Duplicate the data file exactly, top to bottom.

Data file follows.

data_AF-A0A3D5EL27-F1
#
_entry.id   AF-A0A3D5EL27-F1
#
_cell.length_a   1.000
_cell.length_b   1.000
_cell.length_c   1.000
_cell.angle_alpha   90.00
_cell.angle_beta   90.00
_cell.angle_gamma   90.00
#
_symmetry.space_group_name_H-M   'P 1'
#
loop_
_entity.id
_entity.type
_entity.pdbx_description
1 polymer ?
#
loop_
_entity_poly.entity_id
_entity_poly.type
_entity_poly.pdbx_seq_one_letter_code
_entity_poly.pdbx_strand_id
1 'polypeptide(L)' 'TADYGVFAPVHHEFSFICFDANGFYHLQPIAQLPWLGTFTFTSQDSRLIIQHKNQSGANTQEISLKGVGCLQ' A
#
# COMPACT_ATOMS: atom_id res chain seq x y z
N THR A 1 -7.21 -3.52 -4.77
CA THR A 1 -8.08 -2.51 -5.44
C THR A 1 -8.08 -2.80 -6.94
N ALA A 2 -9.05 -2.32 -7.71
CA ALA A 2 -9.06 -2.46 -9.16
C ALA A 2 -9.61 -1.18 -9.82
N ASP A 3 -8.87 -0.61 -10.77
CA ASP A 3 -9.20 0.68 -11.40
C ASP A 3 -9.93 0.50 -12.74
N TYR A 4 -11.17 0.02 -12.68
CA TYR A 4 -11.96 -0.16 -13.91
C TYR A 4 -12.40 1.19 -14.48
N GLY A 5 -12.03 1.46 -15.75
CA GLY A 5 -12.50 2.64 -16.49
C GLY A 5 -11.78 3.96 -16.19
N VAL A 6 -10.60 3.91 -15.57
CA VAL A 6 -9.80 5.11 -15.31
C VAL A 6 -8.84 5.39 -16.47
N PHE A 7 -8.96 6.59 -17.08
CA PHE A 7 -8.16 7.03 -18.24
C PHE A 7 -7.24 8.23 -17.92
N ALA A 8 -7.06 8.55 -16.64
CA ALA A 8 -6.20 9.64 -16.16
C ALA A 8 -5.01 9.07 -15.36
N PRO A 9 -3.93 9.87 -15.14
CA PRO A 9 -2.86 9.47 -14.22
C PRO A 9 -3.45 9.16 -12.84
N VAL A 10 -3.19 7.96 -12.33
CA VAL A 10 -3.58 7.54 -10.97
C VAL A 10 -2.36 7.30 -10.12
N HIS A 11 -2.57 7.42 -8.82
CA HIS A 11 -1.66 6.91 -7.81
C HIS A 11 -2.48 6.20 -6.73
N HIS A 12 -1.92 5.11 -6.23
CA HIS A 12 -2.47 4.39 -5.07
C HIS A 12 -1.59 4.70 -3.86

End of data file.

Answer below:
data_AF-A0A3D5EL27-F1
#
_entry.id   AF-A0A3D5EL27-F1
#
_cell.length_a   1.000
_cell.length_b   1.000
_cell.length_c   1.000
_cell.angle_alpha   90.00
_cell.angle_beta   90.00
_cell.angle_gamma   90.00
#
_symmetry.space_group_name_H-M   'P 1'
#
loop_
_entity.id
_entity.type
_entity.pdbx_description
1 polymer ?
#
loop_
_entity_poly.entity_id
_entity_poly.type
_entity_poly.pdbx_seq_one_letter_code
_entity_poly.pdbx_strand_id
1 'polypeptide(L)' 'TADYGVFAPVHHEFSFICFDANGFYHLQPIAQLPWLGTFTFTSQDSRLIIQHKNQSGANTQEISLKGVGCLQ' A
#
# COMPACT_ATOMS: atom_id res chain seq x y z
N THR A 1 -7.21 -3.52 -4.77
CA THR A 1 -8.08 -2.51 -5.44
C THR A 1 -8.08 -2.80 -6.94
N ALA A 2 -9.05 -2.32 -7.71
CA ALA A 2 -9.06 -2.46 -9.16
C ALA A 2 -9.61 -1.18 -9.82
N ASP A 3 -8.87 -0.61 -10.77
CA ASP A 3 -9.20 0.68 -11.40
C ASP A 3 -9.93 0.50 -12.74
N TYR A 4 -11.17 0.02 -12.68
CA TYR A 4 -11.96 -0.16 -13.91
C TYR A 4 -12.40 1.19 -14.48
N GLY A 5 -12.03 1.46 -15.75
CA GLY A 5 -12.50 2.64 -16.49
C GLY A 5 -11.78 3.96 -16.19
N VAL A 6 -10.60 3.91 -15.57
CA VAL A 6 -9.80 5.11 -15.31
C VAL A 6 -8.84 5.39 -16.47
N PHE A 7 -8.96 6.59 -17.08
CA PHE A 7 -8.16 7.03 -18.24
C PHE A 7 -7.24 8.23 -17.92
N ALA A 8 -7.06 8.55 -16.64
CA ALA A 8 -6.20 9.64 -16.16
C ALA A 8 -5.01 9.07 -15.36
N PRO A 9 -3.93 9.87 -15.14
CA PRO A 9 -2.86 9.47 -14.22
C PRO A 9 -3.45 9.16 -12.84
N VAL A 10 -3.19 7.96 -12.33
CA VAL A 10 -3.58 7.54 -10.97
C VAL A 10 -2.36 7.30 -10.12
N HIS A 11 -2.57 7.42 -8.82
CA HIS A 11 -1.66 6.91 -7.81
C HIS A 11 -2.48 6.20 -6.73
N HIS A 12 -1.92 5.11 -6.23
CA HIS A 12 -2.47 4.39 -5.07
C HIS A 12 -1.59 4.70 -3.86